New York Times Blog August 29, 2008
Merck’s teen girl vaccine Gardasil has been under fire of late, with everyone from The New England Journal of Medicine to The New York Times questioning whether there is sufficient evidence to justify the widespread use of vaccines against cervical cancer. “I think the company did a very effective job of glossing over these questions in its marketing campaign and convincing the public that this vaccine would indeed prevent cervical cancer,’’ said Dr. Timothy Johnson, ABC’s medical editor, last week.
Now, a pro-business media watchdog group has a new take on the issue. The hype about Gardasil isn’t the result of over-the-top marketing by Merck, it claims, but is instead the result of heavy promotion by the American news media. Merck’s ads weren’t alone in promoting Gardasil to the public. The news media framed its reporting around cervical cancer. Network doctors told parents not to be “talked out” of getting their children vaccinated, and some reports even urged mandatory vaccinations.
The report was compiled by the Business Media Institute, a unit of the conservative watchdog group Media Research Center. And notably, it was e-mailed to me by a Merck representative. Whether you agree with their conclusions or not, the report offers an interesting view of the media’s sometimes unquestioning role in raising the profile of the vaccines. The report cites several examples, including:
ABC’s Charles Gibson told viewers “this breakthrough couldn’t come soon enough,” on the June 8, 2006 “World News Tonight.”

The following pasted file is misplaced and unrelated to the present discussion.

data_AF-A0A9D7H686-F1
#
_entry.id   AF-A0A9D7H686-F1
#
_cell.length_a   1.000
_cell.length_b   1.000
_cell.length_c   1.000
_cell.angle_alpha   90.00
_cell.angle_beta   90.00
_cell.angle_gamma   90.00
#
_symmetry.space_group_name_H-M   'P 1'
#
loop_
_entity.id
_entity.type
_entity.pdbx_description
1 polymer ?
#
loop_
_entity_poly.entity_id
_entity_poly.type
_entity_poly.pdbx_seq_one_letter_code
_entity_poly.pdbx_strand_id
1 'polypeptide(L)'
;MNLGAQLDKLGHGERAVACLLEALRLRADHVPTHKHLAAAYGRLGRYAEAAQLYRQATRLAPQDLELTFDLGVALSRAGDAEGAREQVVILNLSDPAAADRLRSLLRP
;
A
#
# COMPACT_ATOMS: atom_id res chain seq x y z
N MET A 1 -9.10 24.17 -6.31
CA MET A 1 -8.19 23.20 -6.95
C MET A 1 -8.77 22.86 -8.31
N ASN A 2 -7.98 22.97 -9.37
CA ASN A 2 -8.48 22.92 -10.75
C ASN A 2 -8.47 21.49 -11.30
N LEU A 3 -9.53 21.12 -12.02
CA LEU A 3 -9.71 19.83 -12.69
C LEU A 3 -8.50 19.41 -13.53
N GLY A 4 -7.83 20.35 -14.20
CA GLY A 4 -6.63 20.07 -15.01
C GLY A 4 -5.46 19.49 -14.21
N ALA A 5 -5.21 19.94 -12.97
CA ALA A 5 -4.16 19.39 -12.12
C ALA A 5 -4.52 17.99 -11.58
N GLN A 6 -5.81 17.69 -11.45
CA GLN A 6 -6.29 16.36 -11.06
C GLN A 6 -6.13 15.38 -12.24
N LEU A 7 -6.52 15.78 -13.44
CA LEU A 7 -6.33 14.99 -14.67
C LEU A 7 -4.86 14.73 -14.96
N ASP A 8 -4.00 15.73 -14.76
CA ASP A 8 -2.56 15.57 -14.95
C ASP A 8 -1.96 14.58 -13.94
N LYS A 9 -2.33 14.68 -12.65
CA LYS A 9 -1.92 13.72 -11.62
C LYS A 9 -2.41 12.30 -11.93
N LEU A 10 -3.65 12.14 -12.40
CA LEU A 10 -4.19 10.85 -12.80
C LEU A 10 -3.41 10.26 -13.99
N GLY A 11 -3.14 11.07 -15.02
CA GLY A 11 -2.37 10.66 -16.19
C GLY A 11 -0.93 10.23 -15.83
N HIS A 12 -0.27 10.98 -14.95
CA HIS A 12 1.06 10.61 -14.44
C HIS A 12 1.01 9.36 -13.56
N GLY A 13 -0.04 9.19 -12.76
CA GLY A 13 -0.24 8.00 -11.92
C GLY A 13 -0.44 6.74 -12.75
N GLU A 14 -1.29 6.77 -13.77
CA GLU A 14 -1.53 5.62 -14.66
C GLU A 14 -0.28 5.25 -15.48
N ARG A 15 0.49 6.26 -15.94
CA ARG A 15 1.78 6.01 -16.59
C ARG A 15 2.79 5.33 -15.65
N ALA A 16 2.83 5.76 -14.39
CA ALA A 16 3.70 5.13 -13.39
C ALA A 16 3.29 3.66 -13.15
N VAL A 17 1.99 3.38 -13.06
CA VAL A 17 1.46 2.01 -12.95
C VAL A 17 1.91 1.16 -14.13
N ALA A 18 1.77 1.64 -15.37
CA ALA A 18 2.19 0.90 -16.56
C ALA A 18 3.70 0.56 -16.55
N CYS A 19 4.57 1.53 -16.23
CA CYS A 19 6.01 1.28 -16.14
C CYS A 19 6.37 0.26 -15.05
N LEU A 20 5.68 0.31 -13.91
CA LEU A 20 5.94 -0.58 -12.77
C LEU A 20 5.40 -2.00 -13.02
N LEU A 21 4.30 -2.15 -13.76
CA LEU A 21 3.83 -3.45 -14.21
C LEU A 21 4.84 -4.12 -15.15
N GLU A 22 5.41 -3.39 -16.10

NBC’s Brian Williams called Gardasil a “triumph in science and medicine” on June 8, 2006. He referred to Gardasil as “the first vaccine to prevent cancer” on Dec. 28, 2006, and urged parents to get their children vaccinated in many “Today” appearances.
NBC’s “Today” show co-host Meredith Vieira declared that it “could save your teenager’s life some day” on Sept. 15, 2006. She also told viewers Gardasil was one of the three vaccines kids “need.” Dr. Nancy Snyderman, NBC’s chief medical editor, downplayed criticism of the expense of Gardasil, calling the $360 cost “the best investment you can make.”
For “The Early Show” on CBS, Dr. Emily Senay said Jan. 1, 2007, that the “top medical breakthrough [of 2006] has to be the cancer vaccine for cervical cancer, Gardasil.”
The report also says The New York Times “glowingly profiled Gardasil” in an August 2006 story about the history of the vaccine.
Since then, the media tide has certainly turned against Gardasil, due in large part because there is simply more available information about its use.